However, I don't really see how to exponentiate the infinitesimal form
to actually get to the finite form

In addition to the detailed answer of @LubošMotl, you may notice that conformal transformations transform light cones in light cones.

This means the following. Starting from a light cone :

$$(x'-a')^2 = x'^2-2x'.a' + a'^2=0\tag{1}$$

you must find that it is also a light cone for $x$, that is, it exist $a$ such as :

$$(x-a)^2 = x^2-2x.a + a^2=0\tag{2}$$

To do that, replace simply $x'$ by its value in function of $x$, by :

$$x'^{\mu} = \frac{x^{\mu} - b^{\mu}x^2}{1-2x\cdot b + b^2 x^2} \tag{3}$$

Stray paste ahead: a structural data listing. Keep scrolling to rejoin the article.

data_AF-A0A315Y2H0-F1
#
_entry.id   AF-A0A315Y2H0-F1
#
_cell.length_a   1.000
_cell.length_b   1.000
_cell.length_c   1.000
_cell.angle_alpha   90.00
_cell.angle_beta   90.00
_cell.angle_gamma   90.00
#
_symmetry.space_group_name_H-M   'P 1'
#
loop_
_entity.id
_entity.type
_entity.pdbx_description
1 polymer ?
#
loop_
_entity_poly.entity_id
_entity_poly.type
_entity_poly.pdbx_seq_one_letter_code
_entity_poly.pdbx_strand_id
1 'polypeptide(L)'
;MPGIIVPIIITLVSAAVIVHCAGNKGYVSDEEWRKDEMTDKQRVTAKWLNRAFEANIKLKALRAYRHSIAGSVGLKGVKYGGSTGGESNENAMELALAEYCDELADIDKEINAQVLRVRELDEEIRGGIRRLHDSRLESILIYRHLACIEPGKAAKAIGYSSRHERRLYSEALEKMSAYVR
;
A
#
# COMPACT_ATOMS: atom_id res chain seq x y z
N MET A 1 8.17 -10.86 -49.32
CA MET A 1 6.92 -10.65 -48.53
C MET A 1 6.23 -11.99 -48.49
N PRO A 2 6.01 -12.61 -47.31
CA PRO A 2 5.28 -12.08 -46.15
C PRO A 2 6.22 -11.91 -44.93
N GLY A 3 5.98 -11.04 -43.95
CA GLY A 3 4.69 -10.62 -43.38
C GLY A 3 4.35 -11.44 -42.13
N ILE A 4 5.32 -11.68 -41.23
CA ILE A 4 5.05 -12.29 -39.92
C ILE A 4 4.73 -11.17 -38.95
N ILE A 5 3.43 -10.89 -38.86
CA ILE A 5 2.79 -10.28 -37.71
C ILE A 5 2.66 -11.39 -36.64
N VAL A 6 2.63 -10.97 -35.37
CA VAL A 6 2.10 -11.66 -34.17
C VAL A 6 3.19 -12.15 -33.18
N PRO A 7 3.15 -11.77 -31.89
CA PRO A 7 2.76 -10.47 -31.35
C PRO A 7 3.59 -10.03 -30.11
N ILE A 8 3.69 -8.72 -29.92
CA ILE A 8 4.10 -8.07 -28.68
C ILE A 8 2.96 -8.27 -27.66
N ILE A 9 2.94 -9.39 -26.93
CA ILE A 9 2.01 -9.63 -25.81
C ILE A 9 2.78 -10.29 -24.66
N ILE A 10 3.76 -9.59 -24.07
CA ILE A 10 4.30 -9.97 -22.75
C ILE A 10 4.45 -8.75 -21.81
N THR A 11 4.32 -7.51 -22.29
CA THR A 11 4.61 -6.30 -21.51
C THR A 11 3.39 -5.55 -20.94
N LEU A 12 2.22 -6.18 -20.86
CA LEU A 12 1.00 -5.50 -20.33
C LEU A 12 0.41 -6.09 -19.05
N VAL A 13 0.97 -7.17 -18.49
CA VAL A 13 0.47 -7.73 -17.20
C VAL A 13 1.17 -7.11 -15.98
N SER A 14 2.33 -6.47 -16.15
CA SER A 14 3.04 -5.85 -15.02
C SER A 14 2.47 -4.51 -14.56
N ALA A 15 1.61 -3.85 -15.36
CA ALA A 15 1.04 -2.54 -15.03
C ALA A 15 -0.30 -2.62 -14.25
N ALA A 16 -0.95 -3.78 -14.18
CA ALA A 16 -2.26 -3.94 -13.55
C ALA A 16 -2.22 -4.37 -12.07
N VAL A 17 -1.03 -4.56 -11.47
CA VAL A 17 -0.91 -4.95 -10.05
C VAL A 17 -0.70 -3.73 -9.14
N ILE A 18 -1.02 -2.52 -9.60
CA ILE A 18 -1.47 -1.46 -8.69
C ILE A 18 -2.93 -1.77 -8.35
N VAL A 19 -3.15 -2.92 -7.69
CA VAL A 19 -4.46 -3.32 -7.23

and, with some algebra, you will find that it is possible to exhibit $a(a',b)$ ($a$ as a function of $a'$ and $b$) , which satisties ($2$).:

$$a = \dfrac{a' + a'^2b}{1-2a'.b+a'^2b^2}\tag{4}$$

This means that the transformation $(3)$ is a conformal transformation whose infinitesimal expression is clearly:
$$x'^{\mu} = x^{\mu} + 2(x \cdot b)x^{\mu} - b^{\mu}x^2 \tag{5}$$
(because only quadratic terms in x are allowed in infinitesimal conformal transformations)

Any other expression of the global special conformal transformation $(3)$, having infinitesimal expression $(5)$, will not transform light cones in light cones.

This post imported from StackExchange Physics at 2014-06-27 11:33 (UCT), posted by SE-user Trimok